I’m writing this Sunday night and you won’t read this until Thursday, so let’s skip talking about the election results. But I would like to examine a recent statement by our President. He is our President and will be until January, or for four more years, depending.
Mr. Trump said at a rally in Michigan this week, “Our doctors get paid more money if someone dies of Covid. You know that right? Our doctors are very smart people.”
The press called the statement false and baseless. It is offensive, unless you think people all act like our President, that is only look to enrich themselves. But it is not entirely baseless, nor false.
Here we get to talking about how healthcare is paid for in this country. If you’re filling up your Molotov cocktails or loading your high capacity magazines, you can skip this. But I have been a critic of our health care system for too long to pass up this opportunity. Thank you, Mr. President.
When Medicare patients are admitted to a hospital and cared for, the hospital receives payment based on a VERY complicated formula, but the main feature of the payment has to do with the discharge diagnosis. Thus, if you are a Medicare patient, get pneumonia, and are hospitalized, the hospital gets paid a flat amount whether you are there for 2 days or 5 days.
The formulas are always being tinkered. Each year an independent body reviews payments and costs and fudges the formula. Most rural hospitals don’t operate under this payment system, since they are designated “Critical Access”.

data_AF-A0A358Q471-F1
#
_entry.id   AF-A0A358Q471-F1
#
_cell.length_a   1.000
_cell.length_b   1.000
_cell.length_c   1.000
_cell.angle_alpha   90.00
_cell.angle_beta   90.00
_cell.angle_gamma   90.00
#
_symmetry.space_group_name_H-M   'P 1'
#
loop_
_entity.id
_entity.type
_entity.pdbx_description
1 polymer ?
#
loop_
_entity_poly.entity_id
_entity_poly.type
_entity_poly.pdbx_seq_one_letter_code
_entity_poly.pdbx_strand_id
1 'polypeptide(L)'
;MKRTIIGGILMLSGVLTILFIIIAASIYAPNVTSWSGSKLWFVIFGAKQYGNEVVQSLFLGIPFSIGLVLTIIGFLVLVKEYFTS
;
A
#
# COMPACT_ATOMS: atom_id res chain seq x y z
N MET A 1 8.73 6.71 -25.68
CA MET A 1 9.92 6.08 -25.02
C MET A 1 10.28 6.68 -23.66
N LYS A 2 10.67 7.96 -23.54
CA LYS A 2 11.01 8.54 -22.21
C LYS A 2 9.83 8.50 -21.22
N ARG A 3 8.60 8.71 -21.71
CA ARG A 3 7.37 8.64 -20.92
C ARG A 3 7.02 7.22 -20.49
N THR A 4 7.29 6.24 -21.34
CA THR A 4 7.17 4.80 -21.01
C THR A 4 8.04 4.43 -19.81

So, what does this have to do with Covid? Well, the $2 Trillion CARES Act, which Congress passed last spring and President Trump signed added a 20% premium to Medicare payments if there was a Covid diagnosis. Here’s the rub: “diagnosis” wasn’t clearly defined. Some states only allow a laboratory confirmed diagnosis, other states use a “provisional” diagnosis. Maybe that’s what our President was alluding to. Honestly, I don’t think he even knows.
In fact, this Medicare payment system (not the CARES boost) has kept cost increases to about the rate of inflation. At the same time, private insurance costs have grown at a rate double or triple inflation. So, I’m not suggesting we blow this up. Fifty percent of health care costs go to hospitals and physician payments. Medicare’s cost containment strategies on hospitals has been a long road, but I can say it has had some success.
As our President has suggested, some may game the system. But if we pay attention, apply some discipline and keep working at it, the bad actors can be squeezed.
I am not unfamiliar with bad behavior in my profession. We did month long rotations in the ER during residency; twelve-hour shifts, seven days a week. I fell asleep standing up late one night while listening to a little old lady. I probably wasn’t making good decisions in that state.
There was a new doctor to the group that taught us residents. I examined a little boy with a small cut above his eyebrow. The boy whimpered in his mom’s lap. “Do you think he need stitches?”
The cut was about a quarter inch long and not bleeding anymore. I said I’d check with the attending but it didn’t look like it to me.
I told the new doc about the kid. “The wound isn’t gaping or bleeding. A band aid will do.”
He frowned, came into the ER bay, bent down and pulled the edges of the wound apart and the blood dripped out.
“No, that will need a stitch.” He said to the mom.
As he left me to sew up the scared little boy he whispered to me, “That’s the fastest $200 I ever earned.” Maybe our President knows this doctor. I no longer do.